Friday, January 7, 2011
Residency Day 1
I'm here. After 11 hours of car, planes, and bus, to say nothing of the months of anticipation, I am finally in Seaside, Oregon for my first residency.
It is, so far, everything I secretly hoped it would be. I woke up this morning and thought, "Holy cow. I'm doing this. I'm actually getting on a plane and leaving my family and heading to spend ten days with a group of people among whom I know not a single soul. What in the world have I gotten myself into?"
Something amazing. That's what.
Okay, I haven't done much. I spent most of this first day just trying to get here. That part of the trip was a classic game of fortunately/unfortunately, including the downs of being one of the last on the plane and finding that there's no more luggage room and having to check bags I totally didn't want to check, walking MILES of airport concourses with an aching foot, and feeling like I was on the verge of starving because there was a suspicious lack of food in the gate areas and none on the plane. On the plus side, both of my flights ended up with me in a row by myself on an otherwise packed plane, arriving in Portland early with plenty of time to catch the shuttle which was otherwise looking like a tight shot, and downloading a book on the spur of the moment that kept me utterly engaged the entire way.
Once at the airport, I met some of the faculty and students, and learned everyone is so friendly, and you'd think by the hugs of the established students that they were all the very closest of friends.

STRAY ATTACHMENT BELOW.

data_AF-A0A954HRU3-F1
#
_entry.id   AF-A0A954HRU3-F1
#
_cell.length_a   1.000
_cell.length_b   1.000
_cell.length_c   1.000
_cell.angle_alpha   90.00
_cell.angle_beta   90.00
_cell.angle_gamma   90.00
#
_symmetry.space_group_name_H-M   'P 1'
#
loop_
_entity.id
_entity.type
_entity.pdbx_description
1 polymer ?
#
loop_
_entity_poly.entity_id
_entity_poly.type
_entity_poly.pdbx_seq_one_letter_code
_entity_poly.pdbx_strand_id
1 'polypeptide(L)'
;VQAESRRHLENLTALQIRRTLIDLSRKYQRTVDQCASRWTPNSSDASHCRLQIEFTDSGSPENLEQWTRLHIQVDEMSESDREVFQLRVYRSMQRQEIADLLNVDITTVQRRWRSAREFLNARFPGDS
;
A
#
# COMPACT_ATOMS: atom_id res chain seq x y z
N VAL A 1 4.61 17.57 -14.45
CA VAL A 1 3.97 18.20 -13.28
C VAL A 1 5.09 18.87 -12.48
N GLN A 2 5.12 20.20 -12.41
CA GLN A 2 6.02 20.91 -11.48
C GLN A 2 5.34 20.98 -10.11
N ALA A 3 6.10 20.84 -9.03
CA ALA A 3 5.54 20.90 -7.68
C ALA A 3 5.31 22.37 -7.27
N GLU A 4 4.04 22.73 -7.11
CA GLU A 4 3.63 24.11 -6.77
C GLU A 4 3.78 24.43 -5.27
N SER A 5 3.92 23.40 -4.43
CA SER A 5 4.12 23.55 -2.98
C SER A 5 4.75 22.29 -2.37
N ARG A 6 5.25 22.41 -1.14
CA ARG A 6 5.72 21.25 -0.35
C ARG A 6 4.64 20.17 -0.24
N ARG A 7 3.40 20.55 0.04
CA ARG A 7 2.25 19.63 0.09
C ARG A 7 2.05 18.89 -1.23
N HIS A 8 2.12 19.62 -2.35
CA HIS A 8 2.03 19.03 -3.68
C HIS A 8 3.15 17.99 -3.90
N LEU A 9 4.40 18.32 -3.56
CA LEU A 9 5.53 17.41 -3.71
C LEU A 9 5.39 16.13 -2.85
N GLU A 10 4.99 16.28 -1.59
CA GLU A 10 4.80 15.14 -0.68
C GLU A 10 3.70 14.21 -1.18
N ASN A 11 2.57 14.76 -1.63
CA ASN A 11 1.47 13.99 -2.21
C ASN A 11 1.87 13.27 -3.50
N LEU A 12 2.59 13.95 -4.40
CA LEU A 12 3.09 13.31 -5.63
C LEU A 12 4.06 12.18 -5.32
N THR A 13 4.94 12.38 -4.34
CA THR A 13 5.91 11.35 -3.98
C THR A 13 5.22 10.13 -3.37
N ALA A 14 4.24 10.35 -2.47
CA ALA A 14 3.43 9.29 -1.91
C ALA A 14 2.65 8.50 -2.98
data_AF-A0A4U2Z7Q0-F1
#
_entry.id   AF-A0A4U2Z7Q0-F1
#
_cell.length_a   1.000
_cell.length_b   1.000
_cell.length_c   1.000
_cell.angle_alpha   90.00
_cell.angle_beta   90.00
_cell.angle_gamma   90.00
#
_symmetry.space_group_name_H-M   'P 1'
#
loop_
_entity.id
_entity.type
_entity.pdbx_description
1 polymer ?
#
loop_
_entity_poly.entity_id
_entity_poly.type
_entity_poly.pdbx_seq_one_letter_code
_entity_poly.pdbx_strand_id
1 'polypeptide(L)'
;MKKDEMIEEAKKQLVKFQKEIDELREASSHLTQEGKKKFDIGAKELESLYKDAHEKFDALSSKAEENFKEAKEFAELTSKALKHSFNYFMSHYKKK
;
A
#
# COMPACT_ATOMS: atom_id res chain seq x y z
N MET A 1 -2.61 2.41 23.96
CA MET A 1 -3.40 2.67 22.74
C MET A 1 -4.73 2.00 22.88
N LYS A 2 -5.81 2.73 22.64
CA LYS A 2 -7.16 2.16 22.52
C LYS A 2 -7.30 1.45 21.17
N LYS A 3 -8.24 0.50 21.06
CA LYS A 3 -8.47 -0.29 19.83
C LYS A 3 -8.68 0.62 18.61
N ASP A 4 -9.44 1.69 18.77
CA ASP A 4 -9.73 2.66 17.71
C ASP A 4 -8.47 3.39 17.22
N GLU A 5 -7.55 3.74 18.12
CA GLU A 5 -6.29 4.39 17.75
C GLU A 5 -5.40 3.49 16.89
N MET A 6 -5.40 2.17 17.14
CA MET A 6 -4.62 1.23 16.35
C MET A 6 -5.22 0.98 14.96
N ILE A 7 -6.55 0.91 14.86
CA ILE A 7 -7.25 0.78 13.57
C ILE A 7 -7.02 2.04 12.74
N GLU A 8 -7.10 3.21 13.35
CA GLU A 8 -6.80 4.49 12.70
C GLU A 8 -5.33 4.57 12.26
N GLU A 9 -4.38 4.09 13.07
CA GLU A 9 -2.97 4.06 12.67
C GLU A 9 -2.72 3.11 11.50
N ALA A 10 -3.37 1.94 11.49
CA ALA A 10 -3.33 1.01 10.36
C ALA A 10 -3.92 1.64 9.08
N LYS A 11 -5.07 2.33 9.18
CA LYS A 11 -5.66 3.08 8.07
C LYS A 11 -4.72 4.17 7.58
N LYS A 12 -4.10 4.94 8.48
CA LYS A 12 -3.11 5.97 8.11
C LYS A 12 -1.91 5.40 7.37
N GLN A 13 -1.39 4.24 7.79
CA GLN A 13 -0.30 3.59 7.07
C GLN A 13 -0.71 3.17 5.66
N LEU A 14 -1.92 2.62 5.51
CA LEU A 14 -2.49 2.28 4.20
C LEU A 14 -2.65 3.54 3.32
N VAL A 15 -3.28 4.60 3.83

The hotel is incredible, right on the Pacific Ocean, and my private room is HUGE with all kinds of amenities. I had enough time to check emails (but not necessarily write back) and clean up a bit and then went to a new student "mixer" in one of the big conference rooms. The great thing about starting with just the new students is that NONE of us knew anyone, so it was really easy to jump into conversations ("Where are you from?" was the most used ice breaker) and I didn't see anyone standing around without someone to talk to.
An hour later all the rest of the students joined us for dinner, and you could tell the shift in energy level as they all arrived with screams and hugs and non-stop talking. And some were awesome in engaging us newbies, too.
At nine there was supposed to be a gathering of all students and faculty, but by that time people were trickling off to their rooms. Most people, even those from out here on the west coast, had spent a long day traveling and tomorrow begins the relentlessly long days of classes and workshops and writing. I hung out for an hour with a few new friends, and now I'm turning in myself. Jet lag is kicking in.
I am not the oldest, by far, but on the whole I probably do raise the average age of the group. I feel funny mentioning marriage and kids when I've hardly met anyone so far old enough to have husbands or wives or kids. And I haven't embarrassed myself fashion-wise yet, either.
But then again, the residency is still young. :) I have plenty of time for embarrassment.